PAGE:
Our Current Projects

Student Peacebuilding Competition

The Pono Pono Peace Initiative is excited to announce that we will be hosting the 1st Annual Student Peacebuilding Competition at BYU-Hawaii in Fall 2024!

This is a competition where BYUH peacebuilding students develop and propose projects and organizations focused on peacebuilding - bringing peace to a space or geography where it is needed. The contest is open to any BYUH peacebuilding major or minor.

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Our Past Projects

Tracing the Shared Lineage

An Interfaith Dialogue at BYU-Hawaii

In June of 2023, our founder, Naomi Pedersen, collaborated with the David O. Mckay Center for Intercultural Understanding at BYU-Hawaii to host an impactful interfaith conference.

This gathering aimed to facilitate a profound exploration of the connections and commonalities shared among the Abrahamic religions of Islam, Judaism, and Christianity.

The conference was rooted in the recognition that while these faiths have evolved and diversified over the centuries, their fundamental origins can be traced back to the patriarch Abraham. Pedersen saw this as a unique opportunity to foster meaningful dialogue and mutual understanding among adherents of these Abrahamic traditions.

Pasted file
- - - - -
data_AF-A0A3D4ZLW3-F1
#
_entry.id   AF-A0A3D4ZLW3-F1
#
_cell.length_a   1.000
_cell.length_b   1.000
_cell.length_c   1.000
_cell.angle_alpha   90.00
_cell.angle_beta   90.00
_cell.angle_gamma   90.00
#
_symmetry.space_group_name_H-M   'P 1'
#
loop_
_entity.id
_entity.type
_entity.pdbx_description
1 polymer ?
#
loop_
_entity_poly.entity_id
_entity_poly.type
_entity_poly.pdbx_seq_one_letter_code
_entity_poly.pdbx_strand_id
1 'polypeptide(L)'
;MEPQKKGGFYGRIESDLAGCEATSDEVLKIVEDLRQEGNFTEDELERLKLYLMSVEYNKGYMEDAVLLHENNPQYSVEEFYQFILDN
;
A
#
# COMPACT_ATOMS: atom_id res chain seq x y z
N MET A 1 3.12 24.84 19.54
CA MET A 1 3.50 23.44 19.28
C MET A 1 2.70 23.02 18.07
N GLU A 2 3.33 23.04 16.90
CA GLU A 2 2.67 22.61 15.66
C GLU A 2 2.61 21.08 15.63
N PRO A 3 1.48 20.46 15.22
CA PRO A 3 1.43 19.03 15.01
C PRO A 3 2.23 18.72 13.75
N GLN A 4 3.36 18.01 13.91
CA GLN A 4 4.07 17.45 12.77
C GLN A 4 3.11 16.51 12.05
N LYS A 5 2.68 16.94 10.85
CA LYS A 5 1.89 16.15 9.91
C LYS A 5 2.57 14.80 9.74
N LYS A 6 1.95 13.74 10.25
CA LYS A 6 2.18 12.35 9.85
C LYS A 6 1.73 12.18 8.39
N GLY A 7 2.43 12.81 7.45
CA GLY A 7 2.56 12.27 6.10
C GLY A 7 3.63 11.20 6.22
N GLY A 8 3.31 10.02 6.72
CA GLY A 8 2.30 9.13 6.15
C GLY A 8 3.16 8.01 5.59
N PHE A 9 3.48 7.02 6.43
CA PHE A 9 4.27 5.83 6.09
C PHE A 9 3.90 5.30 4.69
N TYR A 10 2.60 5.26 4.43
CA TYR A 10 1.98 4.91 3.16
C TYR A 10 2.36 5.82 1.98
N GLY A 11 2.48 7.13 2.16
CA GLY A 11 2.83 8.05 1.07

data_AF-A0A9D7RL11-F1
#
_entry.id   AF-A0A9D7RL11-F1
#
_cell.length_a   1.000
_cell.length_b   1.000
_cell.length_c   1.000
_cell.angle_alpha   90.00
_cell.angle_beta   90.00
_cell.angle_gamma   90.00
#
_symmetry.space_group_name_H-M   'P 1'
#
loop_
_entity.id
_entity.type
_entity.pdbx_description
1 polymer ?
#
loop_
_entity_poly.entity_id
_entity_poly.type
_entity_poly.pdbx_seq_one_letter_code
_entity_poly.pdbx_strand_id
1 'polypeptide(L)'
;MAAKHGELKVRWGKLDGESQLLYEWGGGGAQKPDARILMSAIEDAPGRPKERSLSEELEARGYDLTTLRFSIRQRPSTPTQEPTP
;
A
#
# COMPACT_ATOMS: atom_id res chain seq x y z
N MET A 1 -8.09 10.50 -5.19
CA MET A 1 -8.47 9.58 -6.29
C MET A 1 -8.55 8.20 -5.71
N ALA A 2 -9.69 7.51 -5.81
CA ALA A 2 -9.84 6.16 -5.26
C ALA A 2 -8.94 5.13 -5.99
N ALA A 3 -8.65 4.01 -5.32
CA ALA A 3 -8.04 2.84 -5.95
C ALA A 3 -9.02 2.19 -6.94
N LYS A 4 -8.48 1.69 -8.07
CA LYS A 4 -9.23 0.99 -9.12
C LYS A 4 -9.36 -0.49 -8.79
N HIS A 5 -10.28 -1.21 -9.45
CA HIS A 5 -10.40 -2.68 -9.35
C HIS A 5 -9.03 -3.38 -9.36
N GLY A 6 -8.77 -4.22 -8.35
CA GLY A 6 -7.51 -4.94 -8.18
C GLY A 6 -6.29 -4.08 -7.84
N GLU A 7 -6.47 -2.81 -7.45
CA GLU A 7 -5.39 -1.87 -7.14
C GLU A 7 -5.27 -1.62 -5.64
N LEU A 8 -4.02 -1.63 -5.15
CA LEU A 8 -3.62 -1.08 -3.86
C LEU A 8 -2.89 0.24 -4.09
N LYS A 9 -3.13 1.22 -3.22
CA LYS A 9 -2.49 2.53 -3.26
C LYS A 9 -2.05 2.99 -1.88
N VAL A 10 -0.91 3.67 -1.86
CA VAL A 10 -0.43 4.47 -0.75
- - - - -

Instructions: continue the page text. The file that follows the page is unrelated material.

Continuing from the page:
The day-long event featured an impressive lineup of speakers, each offering unique insights into the shared lineage of the Abrahamic faiths.

Empowering the Next Generation of Peacebuilders

Reflections on our Collaboration with the David O. McKay Center

On May 15, 2024, our organization participated in discussions centered around peace and intercultural understanding at the David O. McKay Center for Intercultural Understanding at BYU-Hawaii.

This event brought together students from diverse backgrounds to explore the role of non-governmental organizations (NGOs) in peacebuilding efforts.

One of the key takeaways from our interactions was the profound significance of local and indigenous knowledge in addressing global challenges.

During our discussions with the Hawaiian studies program, we learned about the cultural symbolism of the wa'a (canoe) Iosepa, a canoe that represents the interconnectedness and journey of the Hawaiian people.

This exchange highlighted the importance of incorporating diverse perspectives and traditional wisdom into our approaches to peace rather than relying solely on top-down, Western-centric models.